Some years back there was talk of 'Consensus Models' and extending OPMS to cover more Bentley applications instead of relying on read-only formats like i-models.
If I understood correctly, Plantwise and AXSYS saved to a separate database not OPMS repository. Is this still the case with SS6? If not, is this on the roadmap?
I would have thought that Plantwise's rules-based generative design and AXSYS simulation interface would be key to rounding out OpenPlant as a design tool by providing that all important FEED, where so much of the cost and performance of the design is defined.
The rules-based routing would be also be useful during the post-FEED stages. See GenMEP, which uses rules-based routing to ensure clash free layouts. Kind of annoying to see them market their product as cutting edge when Plantwise / D++ was probably doing this sort of thing in the plant and process world for decades.
Thanks for the update. I just had a look at Explore the Possibilities with Conceptual Plant Design which goes into the Plantwise SS6 new features.
There is a section in the back end of the presentation, where the user is shown how to copy the Plantwise elements into a dgn file and DROP the pipes generated in Plantwise so that their centrelines can be used to MANUALLY re-create the pipes in OpenPlant.
I hope that this kind of jerry-rigged low levels of interoperability will be corrected soon.
There seems to be a pattern set over the years:
1. Distributed Dgn's: Or the old Design History. First step of the ladder. The problem was that only the geometry was tracked. The parametric and non-graphic info was not tracked very well or at all. No schemas so I suppose tracking non-graphic data and how that data is handled/constrained would be pretty problematic.
2. I-models: Each app writes an exporter to convert its internal data into ECFramework schemas that get attached to the i.dgn on export. Read-only which is helpful for information consumers like compliance checkers or programme monitors or estimators but NOT really very helpful for the producers of the information.
3. ISM: Each app writes a synchroniser plugin to write as read information from a centralised 'database'. Since the external app's tools are not available, the native app's tools would need to run when the incoming changes are synchronised from the ISM. Transaction management and mapping/healing settings stored with the ISM. You see demos of ISM where a wall or beam can be moved in a design or analysis or detailing app, and the changes re-enacted in the other apps on synchronisation. I guess that by providing schemas, common elements like the beam end points etc gets 'type-checked' before hand and optimises the translation process. Great, but there is still a lag or barrier.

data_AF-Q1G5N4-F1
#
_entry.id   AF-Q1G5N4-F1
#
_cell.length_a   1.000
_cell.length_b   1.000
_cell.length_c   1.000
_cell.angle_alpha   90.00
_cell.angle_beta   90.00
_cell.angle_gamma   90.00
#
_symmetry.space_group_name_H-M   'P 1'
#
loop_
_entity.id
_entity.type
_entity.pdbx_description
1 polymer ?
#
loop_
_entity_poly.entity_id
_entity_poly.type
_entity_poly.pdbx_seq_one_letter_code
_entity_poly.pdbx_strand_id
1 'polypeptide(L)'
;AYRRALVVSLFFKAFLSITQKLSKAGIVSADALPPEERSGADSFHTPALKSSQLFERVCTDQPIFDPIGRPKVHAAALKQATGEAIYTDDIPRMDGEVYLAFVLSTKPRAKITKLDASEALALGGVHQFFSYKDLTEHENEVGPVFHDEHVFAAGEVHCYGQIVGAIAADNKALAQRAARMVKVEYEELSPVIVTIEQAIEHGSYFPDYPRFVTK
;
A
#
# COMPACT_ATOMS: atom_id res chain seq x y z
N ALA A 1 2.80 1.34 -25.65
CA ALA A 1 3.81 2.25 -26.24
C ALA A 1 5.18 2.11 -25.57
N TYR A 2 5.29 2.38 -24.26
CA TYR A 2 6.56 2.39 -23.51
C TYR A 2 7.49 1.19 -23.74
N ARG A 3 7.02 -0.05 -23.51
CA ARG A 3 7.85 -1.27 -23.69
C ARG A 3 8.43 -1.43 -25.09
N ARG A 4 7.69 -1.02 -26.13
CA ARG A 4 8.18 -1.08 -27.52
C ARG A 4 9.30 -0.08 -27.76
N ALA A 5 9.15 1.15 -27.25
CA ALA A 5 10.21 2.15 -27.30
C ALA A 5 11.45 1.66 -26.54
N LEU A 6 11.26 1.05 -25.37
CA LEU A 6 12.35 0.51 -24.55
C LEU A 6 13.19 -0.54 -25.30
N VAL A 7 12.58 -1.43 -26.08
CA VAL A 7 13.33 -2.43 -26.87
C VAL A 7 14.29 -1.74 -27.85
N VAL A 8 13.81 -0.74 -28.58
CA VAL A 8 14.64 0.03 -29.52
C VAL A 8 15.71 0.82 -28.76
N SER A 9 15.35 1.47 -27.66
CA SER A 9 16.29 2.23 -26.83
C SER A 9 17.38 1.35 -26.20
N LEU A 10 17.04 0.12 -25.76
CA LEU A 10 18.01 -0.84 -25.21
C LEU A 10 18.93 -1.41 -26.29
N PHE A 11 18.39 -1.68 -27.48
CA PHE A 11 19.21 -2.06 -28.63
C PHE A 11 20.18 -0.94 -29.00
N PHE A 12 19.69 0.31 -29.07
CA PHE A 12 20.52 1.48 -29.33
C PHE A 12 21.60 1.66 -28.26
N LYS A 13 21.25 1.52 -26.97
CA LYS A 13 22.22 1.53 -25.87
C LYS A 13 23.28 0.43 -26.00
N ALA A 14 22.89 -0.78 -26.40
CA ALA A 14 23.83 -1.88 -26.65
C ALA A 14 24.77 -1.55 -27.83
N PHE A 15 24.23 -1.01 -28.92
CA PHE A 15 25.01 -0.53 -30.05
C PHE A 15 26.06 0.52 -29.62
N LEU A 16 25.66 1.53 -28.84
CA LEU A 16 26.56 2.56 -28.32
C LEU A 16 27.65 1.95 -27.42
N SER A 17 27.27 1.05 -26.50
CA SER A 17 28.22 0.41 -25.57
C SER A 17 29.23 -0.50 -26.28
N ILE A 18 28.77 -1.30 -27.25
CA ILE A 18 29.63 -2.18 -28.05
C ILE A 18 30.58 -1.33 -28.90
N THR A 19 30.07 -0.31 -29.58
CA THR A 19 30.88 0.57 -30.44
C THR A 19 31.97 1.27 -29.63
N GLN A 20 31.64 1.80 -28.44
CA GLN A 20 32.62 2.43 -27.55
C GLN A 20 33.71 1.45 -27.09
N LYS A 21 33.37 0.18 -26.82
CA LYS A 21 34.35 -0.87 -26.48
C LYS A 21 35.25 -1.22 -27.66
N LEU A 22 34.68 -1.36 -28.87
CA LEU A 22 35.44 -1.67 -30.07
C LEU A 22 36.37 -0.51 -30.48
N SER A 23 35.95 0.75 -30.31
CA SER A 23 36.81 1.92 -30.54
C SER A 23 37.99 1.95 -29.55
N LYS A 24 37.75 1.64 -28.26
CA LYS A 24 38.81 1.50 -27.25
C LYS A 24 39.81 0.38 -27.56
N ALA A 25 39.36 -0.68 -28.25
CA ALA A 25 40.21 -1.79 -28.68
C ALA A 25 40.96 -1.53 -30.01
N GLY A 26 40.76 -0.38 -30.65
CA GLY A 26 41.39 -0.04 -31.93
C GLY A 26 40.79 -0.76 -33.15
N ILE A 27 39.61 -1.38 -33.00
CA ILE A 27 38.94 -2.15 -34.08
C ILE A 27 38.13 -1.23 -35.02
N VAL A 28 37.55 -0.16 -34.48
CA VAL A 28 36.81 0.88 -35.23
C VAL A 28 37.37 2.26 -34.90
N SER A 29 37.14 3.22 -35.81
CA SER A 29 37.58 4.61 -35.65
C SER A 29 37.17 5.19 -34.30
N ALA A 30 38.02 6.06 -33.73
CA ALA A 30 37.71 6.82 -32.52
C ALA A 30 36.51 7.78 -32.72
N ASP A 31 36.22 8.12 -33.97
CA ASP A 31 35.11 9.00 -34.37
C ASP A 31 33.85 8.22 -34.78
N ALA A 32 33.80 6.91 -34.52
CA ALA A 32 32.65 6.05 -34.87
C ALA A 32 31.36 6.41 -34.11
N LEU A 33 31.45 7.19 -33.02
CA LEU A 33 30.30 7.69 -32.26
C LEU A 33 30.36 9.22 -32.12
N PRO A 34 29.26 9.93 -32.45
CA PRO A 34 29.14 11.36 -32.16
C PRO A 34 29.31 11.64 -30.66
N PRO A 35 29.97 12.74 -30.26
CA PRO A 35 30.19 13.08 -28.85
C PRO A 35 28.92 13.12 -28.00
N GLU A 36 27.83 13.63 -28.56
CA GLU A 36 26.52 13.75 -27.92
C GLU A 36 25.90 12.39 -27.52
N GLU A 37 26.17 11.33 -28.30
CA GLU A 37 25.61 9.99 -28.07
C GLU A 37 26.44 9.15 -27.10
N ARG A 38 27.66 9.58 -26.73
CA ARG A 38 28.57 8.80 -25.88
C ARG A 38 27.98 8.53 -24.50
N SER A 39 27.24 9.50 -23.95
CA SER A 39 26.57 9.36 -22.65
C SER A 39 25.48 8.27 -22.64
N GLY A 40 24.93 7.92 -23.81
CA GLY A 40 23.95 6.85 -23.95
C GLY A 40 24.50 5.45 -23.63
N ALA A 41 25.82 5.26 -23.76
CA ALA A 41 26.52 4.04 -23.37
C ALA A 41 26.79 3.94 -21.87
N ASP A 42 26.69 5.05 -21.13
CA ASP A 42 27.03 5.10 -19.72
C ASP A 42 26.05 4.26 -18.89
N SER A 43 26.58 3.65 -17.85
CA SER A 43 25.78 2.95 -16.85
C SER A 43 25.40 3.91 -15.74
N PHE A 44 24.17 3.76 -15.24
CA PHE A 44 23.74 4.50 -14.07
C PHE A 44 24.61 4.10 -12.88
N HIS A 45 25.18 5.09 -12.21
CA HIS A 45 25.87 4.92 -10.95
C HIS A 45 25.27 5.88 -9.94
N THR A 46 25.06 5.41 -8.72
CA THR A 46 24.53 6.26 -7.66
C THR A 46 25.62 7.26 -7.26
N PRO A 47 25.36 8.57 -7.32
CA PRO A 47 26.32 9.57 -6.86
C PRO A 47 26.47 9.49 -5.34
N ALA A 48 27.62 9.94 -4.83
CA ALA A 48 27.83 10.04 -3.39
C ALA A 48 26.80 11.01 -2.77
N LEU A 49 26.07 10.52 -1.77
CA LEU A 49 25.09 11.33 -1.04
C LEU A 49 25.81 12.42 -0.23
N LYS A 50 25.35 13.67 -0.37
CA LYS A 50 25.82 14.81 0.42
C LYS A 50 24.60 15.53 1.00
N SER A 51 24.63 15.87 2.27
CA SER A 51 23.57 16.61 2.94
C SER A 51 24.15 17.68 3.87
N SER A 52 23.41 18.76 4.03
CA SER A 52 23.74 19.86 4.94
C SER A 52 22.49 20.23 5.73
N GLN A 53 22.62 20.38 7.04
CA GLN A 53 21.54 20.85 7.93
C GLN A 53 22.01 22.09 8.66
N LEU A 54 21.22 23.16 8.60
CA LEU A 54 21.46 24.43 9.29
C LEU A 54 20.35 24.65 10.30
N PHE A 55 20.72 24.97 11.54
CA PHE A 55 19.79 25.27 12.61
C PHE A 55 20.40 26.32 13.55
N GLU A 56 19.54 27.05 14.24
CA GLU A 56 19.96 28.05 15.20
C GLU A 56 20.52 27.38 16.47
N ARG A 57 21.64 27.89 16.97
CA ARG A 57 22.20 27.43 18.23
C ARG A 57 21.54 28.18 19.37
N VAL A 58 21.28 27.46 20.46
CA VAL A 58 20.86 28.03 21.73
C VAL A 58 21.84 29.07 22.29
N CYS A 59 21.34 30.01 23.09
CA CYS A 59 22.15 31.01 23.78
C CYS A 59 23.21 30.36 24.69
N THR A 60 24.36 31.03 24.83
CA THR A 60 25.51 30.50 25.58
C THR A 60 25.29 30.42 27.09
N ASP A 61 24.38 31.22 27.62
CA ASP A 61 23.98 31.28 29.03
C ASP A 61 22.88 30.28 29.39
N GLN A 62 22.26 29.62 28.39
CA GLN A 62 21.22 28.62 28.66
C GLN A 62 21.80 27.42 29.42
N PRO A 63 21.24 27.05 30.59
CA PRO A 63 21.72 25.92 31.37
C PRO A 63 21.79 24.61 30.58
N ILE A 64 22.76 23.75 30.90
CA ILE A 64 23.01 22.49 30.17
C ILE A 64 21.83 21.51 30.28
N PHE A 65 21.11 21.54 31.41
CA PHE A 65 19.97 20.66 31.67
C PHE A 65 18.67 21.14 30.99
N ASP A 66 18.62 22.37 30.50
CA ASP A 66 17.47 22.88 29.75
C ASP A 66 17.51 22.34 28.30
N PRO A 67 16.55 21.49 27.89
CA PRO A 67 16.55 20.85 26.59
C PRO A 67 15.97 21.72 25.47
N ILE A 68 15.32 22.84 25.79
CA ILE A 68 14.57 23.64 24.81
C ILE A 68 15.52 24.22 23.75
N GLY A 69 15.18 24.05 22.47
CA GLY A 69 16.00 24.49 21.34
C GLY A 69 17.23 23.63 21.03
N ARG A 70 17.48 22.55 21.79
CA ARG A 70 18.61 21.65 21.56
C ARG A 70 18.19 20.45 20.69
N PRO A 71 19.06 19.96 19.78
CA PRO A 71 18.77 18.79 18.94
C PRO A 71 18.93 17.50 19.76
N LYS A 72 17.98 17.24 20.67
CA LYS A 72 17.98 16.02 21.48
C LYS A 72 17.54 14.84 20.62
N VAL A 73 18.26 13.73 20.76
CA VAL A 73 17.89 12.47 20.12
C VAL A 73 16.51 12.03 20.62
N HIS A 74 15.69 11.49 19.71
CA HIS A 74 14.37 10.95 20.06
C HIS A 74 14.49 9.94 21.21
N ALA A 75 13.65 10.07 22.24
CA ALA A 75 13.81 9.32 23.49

4. Multi-disciplinary 'suite' apps: OpenPlant and ABD have multiple toolsets that can be loaded in the same session. When a structural member needs to be moved to make way for mech ducts or pipes or electrical trunking etc, the tools are available to handle the different schemas in the same session. No ISM etc required as the tools write to their own data attachments (ABD) or a centralised DB (OP). But there will still be lots of external apps to deal with... coming up the 'interoperability ladder'.
5. SMC: OpenPlant SS6 now includes some common Structural Modeling Components, which also includes a grid tool that is common to ProStructures and ABD. Maybe there will also be common piping, ducting and electrical modeling components soon?
ProjectWise and Connect is about providing a Common Data Environment (CDE), Mstn CE Functional Components is supposed to provide a Common Modeling Environment. Some of the newer Bentley apps like OpenBridge Modeler seem to be able to incorporate schemas and modeling tools from other apps. In the case of OBM, the user has tools to modify the roadway alignment (OpenRoads?) and closely integrated with LEAP/RM analysis packages. Minecycle seems to incorporate ConstructSim and PowerCivils functionality.
Maybe, some day all Bentley products will have the same level of interoperability as Catia has with its Workbenches. Instead of developing a structural or electrical tool without any thought about interoperability, the SDK should force the developer to develop the tool as a 'common component' from the start, to be portable and able to contribute as part of a CONNECT'd PowerPlatform.
Director of Product Management - Bentley Plant Design